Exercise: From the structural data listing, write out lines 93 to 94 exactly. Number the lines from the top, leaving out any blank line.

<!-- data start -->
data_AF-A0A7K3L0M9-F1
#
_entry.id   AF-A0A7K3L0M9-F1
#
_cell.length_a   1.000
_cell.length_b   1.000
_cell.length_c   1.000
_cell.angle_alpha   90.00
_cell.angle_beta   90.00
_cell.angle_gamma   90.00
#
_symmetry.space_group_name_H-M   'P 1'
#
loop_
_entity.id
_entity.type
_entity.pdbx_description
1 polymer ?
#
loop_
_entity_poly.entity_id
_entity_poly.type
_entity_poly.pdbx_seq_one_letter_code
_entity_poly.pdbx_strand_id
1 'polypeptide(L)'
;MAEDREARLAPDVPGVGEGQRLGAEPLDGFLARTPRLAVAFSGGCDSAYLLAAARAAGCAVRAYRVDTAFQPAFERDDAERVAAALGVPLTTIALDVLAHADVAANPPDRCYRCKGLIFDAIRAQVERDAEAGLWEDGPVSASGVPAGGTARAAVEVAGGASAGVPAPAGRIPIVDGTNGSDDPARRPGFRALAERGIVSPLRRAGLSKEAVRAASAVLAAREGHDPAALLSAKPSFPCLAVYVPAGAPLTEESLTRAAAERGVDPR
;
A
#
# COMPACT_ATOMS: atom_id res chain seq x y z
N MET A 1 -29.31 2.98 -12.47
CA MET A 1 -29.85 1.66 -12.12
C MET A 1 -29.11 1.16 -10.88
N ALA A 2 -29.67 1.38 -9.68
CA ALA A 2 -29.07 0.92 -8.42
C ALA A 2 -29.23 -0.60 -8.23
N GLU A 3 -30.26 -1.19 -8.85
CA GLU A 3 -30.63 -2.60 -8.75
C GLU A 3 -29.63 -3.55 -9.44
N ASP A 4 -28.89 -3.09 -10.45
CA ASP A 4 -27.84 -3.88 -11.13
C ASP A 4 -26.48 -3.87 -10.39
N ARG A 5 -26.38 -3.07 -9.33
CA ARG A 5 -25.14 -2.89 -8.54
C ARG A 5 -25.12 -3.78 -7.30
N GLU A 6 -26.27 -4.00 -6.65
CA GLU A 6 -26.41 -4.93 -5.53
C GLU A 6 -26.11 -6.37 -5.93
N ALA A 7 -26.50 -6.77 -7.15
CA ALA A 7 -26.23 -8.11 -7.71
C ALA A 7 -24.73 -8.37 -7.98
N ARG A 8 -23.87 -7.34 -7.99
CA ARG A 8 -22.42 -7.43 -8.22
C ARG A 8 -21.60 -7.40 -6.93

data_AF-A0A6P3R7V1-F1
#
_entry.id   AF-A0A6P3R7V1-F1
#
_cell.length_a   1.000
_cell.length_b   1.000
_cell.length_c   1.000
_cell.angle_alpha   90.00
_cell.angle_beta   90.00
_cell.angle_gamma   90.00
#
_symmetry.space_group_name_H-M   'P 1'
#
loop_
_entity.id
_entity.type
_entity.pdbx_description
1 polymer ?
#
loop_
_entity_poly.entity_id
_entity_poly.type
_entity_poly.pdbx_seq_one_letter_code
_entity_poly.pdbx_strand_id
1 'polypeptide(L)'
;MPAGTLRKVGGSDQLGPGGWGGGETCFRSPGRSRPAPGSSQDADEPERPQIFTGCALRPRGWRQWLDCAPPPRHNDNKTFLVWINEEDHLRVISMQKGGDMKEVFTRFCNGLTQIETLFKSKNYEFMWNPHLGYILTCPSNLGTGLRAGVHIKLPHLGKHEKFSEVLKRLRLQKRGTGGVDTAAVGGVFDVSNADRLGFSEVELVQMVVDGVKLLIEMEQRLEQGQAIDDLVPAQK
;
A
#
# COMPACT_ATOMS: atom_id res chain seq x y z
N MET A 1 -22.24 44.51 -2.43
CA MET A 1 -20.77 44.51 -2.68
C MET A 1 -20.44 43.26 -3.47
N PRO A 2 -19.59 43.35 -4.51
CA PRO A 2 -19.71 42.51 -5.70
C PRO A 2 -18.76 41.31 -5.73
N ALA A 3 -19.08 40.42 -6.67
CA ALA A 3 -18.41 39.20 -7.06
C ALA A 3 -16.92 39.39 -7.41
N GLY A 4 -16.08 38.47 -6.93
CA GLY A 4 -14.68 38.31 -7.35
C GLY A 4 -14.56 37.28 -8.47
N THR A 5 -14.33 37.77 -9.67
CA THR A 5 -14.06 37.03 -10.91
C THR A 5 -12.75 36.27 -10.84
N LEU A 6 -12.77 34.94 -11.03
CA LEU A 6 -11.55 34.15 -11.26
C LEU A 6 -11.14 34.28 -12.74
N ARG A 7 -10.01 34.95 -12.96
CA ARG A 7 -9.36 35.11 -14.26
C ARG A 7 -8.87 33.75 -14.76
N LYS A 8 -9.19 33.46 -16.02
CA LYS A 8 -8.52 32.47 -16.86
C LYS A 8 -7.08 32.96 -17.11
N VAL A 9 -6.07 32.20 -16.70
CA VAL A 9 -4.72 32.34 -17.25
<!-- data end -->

C ALA A 3 -16.92 39.39 -7.41
N GLY A 4 -16.08 38.47 -6.93